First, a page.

Will sugar tax policy as in Mexico help curb diabetes in India?

Citing Mexico, the IMA said that the South American nation saw a drastic reduction in sugar consumption after it introduced tax on sugary drinks in 2014. 

Last Updated: Jan 10, 2016, 18:51 PM IST
Will sugar tax policy as in Mexico help curb diabetes in India?

New Delhi: The Indian Medical Association (IMA) says it is possible provided the government implements a “sugar taxation policy”, like the one in Mexico.

The need of the hour, it says is to cut consumption of high trans fat and sugar-laden products. India is reportedly home to some 60 million diabetic patients.

Citing Mexico, the IMA said that the South American nation saw a reduction in sugar consumption after it introduced tax on sugary drinks in 2014.

Quoting a British report, it said further that a six percent decline in purchase of sugary beverages was reported within a year.

“This led to a 12 percent decline in the final month of the year, mostly amongst lower income strata. Chile, Barbados, and France have also implemented sugar beverage taxes with the UK now considering it, and Mexico has further imposed taxes on other sugar-laden junk foods,” PTI quoted Dr KK Aggarwal, Secretary General of the Indian Medical Association (IMA), as saying.

“With India being the diabetes capital of the world there is an immediate need to reduce the consumption of high trans-fat and sugar laden products. The first and foremost step is to raise awareness about the increasing burden of lifestyle diseases in our country and the ways in which they can be prevented.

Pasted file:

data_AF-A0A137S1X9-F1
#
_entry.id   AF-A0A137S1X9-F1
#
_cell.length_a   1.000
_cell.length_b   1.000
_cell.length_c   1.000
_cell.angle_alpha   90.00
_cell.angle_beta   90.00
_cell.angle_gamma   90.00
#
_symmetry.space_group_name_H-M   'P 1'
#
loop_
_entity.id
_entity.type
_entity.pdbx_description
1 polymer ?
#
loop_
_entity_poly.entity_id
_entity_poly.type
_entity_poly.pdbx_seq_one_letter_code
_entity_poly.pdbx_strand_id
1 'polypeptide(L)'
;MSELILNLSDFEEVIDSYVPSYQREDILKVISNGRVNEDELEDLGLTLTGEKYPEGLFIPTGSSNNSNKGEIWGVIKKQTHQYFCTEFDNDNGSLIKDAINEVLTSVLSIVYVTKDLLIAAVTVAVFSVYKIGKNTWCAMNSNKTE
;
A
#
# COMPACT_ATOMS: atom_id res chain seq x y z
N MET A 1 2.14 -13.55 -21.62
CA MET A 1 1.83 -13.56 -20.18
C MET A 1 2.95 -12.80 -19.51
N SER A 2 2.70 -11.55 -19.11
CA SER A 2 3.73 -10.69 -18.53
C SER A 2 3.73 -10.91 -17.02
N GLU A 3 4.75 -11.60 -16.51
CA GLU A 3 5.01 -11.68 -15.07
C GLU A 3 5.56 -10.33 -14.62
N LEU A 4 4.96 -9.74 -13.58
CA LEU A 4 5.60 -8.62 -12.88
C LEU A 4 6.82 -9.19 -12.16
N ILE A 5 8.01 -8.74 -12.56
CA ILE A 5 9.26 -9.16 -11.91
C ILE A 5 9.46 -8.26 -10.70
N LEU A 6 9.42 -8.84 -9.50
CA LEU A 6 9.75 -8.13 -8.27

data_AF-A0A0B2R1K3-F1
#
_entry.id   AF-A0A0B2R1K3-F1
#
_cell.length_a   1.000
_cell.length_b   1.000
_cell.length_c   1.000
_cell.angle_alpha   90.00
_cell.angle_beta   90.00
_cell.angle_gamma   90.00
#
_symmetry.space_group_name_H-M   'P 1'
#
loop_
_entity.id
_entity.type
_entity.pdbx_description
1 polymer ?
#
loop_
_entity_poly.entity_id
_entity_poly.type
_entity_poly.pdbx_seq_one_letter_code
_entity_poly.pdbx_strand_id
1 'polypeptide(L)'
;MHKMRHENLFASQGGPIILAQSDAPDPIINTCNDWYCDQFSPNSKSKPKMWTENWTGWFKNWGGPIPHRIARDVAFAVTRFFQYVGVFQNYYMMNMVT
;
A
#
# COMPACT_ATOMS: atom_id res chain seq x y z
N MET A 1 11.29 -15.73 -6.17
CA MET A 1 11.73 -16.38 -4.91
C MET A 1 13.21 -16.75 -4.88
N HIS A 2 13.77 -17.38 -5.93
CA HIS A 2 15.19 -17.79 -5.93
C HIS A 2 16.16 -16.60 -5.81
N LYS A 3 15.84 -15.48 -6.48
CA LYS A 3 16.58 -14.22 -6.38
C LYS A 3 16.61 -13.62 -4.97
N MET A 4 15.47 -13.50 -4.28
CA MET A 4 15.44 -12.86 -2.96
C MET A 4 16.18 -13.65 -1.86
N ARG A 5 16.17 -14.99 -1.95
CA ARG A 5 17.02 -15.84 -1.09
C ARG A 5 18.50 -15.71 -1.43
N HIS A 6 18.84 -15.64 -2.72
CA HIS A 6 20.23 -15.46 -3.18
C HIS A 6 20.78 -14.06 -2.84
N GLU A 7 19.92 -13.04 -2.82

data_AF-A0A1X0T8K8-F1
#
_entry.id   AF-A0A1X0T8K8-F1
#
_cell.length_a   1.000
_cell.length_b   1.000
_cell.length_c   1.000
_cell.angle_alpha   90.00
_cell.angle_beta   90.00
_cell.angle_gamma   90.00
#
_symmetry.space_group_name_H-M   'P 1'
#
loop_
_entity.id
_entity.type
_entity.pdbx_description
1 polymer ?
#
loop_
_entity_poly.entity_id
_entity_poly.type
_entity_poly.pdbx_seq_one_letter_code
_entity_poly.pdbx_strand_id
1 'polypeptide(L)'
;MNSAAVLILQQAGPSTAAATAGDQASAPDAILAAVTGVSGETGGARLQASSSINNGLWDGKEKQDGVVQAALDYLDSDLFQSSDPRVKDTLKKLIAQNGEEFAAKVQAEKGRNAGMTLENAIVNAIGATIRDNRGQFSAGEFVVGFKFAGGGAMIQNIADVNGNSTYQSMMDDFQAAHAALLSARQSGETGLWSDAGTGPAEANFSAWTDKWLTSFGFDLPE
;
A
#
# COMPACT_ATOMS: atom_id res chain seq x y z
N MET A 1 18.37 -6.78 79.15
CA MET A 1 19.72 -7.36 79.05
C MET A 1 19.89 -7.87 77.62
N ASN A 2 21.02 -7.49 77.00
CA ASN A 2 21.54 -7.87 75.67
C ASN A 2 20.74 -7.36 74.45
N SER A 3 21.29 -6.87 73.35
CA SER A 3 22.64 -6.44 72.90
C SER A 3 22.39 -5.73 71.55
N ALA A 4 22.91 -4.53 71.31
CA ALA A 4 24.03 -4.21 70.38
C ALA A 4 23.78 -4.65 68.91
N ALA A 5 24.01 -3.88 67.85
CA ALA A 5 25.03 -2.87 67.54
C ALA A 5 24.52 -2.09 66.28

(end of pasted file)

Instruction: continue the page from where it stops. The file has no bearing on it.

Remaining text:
“In the long run it is important for the administration to consider following taxation laws similar to that in Mexico,” he said.

“Given the diversity of our country, it would be recommended to take Mexico’s policy on sweetened beverages as a benchmark and customize it to suit the Indian needs,” Dr Aggarwal added.

IMA National President SS Agarwal said that while Delhi has followed Mexico City’s footsteps in curbing vehicle circulation to reduce pollution, the government must work on the overall regulation of vice, starting with curbing what is in its control to stem lifestyle disease such as diabetes, currently at epidemic proportions.

Like India, prevalence of diabetes in Mexico is amongst the highest in the world, with around 70 per cent of adults being overweight or obese. Clearly regulation of vices such as cigarettes through increased costs have led to intended benefits world over of lower consumption as well.

A new report in The Lancet has estimated that reducing sugar content in sugar sweetened drinks by 40 per cent over five years could prevent half a million people from becoming overweight and a million people from becoming obese.